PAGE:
Seven Easy Graphs to Visualize Correlation Matrices in R

By James Marquez, April 15, 2017

I want to share seven insightful correlation matrix visualizations that are beautiful and simple to build with only one line of code. However, each graph does have many customization options for power users to explore. We'll use the built in mtcars dataset that consists of fuel consumption and 10 variables of automobile design, such as number of cylinders, horsepower, engine displacement, etc., for 32 automobiles. We'll start by saving five variables to a new object called mydata. We'll use the mydata object in all our examples.

In [4]:
mydata <- mtcars[, c('mpg', 'cyl', 'disp', 'hp', 'carb')]

PerformanceAnalytics Package

We'll start with the best implementation, in my opinion, from the PerformanceAnalytics package. This graph provides the following information:

  1. Correlation coefficient (r) - The strength of the relationship.
  2. p-value - The significance of the relationship. Significance codes 0 '***' 0.001 '**' 0.01 '*' 0.05 '.' 0.1 ' ' 1
  3. Histogram with kernel density estimation and rug plot.
  4. Scatter plot with fitted line.
In [55]:
library("PerformanceAnalytics")

chart.Correlation(mydata, histogram=TRUE, pch=19)

Corrr Package

I found this next graph particularly interesting and enjoy the different approach its author took at visualizing correlations between variables. We'll call it using the pipe method %>% where we feed our dataset into the correlate() function which is then fed into the network_plot() function.

In [82]:
library(corrr)

mydata %>% correlate() %>% network_plot(min_cor=0.6)

# It can also be called using the traditional method
# network_plot(correlate(mydata), min_cor=0.5)

This plot uses clustering to make it easy to see which variables are closely correlated with each other. The closer each variable is to each other the higher the relationship while the opposite is true for widely spaced variables. The color of the line represents the direction of the correlation while the line shade and thickness represent the strength of the relationship. The min_cor parameter is the minimum correlation coefficient required to display a line between variables.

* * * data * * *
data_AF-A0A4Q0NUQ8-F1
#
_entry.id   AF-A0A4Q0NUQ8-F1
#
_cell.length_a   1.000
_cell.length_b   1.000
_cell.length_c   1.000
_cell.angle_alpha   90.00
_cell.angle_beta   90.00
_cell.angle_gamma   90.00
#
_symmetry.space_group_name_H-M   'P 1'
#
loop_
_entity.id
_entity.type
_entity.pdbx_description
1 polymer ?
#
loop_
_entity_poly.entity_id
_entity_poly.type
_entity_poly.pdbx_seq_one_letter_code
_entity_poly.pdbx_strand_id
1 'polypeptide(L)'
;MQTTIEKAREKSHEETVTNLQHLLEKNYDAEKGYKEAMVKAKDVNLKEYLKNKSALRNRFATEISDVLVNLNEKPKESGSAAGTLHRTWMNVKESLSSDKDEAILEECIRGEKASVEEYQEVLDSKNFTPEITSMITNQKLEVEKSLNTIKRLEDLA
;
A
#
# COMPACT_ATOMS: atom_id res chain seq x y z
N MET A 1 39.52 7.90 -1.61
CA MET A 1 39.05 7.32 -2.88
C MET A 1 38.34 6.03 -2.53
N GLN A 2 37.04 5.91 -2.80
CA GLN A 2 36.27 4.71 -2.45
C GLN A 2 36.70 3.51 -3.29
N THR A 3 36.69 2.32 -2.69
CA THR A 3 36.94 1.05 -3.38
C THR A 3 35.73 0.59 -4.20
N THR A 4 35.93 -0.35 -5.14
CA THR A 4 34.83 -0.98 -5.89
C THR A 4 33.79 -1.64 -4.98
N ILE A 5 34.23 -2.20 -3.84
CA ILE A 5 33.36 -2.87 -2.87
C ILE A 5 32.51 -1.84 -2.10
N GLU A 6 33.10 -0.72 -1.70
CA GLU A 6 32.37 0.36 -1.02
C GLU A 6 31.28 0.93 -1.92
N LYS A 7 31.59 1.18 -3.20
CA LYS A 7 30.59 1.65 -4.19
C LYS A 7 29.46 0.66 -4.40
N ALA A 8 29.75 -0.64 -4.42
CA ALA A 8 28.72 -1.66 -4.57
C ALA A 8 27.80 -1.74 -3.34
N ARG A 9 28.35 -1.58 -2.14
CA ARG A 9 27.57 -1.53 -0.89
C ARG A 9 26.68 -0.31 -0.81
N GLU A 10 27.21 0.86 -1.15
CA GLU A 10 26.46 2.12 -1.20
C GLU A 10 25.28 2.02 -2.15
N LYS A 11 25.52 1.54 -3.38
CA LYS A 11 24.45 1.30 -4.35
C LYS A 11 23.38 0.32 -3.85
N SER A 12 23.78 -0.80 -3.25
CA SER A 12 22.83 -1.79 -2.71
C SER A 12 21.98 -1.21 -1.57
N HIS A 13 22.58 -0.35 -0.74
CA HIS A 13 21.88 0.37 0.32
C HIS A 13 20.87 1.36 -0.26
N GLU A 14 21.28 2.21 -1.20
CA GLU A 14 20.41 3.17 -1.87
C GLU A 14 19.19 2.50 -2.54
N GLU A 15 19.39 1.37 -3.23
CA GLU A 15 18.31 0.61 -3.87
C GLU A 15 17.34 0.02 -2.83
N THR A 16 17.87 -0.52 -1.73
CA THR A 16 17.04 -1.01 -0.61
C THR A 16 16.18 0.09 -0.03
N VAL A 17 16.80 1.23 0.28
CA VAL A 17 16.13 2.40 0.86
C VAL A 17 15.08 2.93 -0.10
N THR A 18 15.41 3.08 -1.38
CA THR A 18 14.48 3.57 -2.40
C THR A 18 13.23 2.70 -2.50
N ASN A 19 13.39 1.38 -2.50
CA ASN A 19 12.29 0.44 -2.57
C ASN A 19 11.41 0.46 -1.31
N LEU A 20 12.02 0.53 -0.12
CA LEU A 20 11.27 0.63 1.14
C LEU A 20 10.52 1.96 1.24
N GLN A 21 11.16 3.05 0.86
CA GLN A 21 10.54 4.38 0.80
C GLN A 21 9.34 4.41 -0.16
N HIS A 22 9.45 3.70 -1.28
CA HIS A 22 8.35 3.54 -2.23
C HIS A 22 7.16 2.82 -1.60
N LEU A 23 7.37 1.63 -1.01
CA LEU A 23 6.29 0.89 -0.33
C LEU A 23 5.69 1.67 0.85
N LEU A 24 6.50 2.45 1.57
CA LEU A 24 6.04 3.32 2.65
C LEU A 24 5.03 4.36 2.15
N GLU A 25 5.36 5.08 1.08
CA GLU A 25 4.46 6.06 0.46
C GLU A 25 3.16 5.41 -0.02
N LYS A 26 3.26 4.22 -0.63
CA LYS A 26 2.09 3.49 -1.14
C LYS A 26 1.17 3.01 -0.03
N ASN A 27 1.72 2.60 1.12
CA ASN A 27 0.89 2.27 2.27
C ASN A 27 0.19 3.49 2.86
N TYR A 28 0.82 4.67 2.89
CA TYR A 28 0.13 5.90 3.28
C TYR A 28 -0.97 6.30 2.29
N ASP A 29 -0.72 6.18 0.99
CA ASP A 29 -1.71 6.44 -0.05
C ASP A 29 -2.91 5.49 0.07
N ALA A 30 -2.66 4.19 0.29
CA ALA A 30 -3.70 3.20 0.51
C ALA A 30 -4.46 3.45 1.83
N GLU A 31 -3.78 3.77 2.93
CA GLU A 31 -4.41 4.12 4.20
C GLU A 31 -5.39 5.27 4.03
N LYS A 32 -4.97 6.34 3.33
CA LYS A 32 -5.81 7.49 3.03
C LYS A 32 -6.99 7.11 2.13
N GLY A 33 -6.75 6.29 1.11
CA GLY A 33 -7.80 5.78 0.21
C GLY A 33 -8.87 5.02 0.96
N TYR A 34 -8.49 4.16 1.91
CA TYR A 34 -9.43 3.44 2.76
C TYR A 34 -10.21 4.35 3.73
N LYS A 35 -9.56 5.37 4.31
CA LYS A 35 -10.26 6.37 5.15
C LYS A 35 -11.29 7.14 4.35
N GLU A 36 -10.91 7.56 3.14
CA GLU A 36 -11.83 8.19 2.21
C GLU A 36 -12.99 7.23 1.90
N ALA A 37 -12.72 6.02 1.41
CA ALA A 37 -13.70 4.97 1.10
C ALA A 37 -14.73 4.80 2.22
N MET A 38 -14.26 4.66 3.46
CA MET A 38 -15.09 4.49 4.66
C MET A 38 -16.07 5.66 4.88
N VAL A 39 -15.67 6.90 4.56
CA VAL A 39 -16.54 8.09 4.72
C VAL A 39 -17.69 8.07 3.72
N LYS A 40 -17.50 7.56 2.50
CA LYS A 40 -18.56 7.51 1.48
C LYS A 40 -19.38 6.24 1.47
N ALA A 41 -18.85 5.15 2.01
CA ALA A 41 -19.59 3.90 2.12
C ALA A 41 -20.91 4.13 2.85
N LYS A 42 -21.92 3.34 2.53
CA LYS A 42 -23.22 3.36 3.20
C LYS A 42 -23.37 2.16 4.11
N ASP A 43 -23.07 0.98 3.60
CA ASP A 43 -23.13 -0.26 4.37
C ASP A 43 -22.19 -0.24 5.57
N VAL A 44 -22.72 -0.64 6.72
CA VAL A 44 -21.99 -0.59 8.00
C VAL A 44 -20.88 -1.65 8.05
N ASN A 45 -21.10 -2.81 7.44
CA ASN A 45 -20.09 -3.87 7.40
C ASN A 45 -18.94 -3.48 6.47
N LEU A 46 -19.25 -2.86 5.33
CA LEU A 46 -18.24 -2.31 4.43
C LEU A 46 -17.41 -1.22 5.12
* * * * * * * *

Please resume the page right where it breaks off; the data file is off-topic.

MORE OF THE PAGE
Psych Package

This third plot is from the psych package and is similar to the PerformanceAnalytics plot. The scale parameter is used to automatically increase and decrease the text size based on the absolute value of the correlation coefficient. This graph provides the following information:

  1. Correlation coefficient (r) - The strength of the relationship.
  2. Histogram with kernel density estimation and rug plot.
  3. Scatter plot with fitted line and ellipses to display the strength of the relationship.
In [53]:
library(psych)

pairs.panels(mydata, scale=TRUE)

Corrplot Package

This next plot is simple, but has many customization options that you can view here An Introduction to corrplot Package. The size and shade of each circle represents the strength of each relationship, while the color represents the direction, either negative or positive.

In [27]:
library(corrplot)

corrplot.mixed(cor(mydata), order="hclust", tl.col="black")

GGally Package

This next plot uses ggplot2 if you like its style. This package also has many more chart types which you can expore here GGally - Extension to 'ggplot'.

In [6]:
library(GGally)

ggpairs(mydata)

This next plot is very simple, but actually requires the most arguments.

In [34]:
ggcorr(mydata, nbreaks=8, palette='RdGy', label=TRUE, label_size=5, label_color='white')

ggcorrplot Package

This next plot is like GGally because it uses ggplot2 as well. This package also has many more options which you can explore here ggcorrplot: Visualization of a correlation matrix using ggplot2. In this example, we're going to use the entire mtcars dataset to demonstrate displaying insignificant correlation coefficients. You must first call the cor() function on your dataset and then pass in the cor_pmat() function as an argument to the p.mat parameter to display the 'X's. You can also blank them out using the insig='blank' parameter.

In [25]:
library(ggcorrplot)

ggcorrplot(cor(mtcars), p.mat = cor_pmat(mtcars), hc.order=TRUE, type='lower')

That's it. Please leave a comment if you have any questions, spot any errors, or if you know of any other packages or graphs to display correlation matrices. You can grab the notebook from my GitHub here correlation_matrices_in_r.ipynb. Thanks for reading!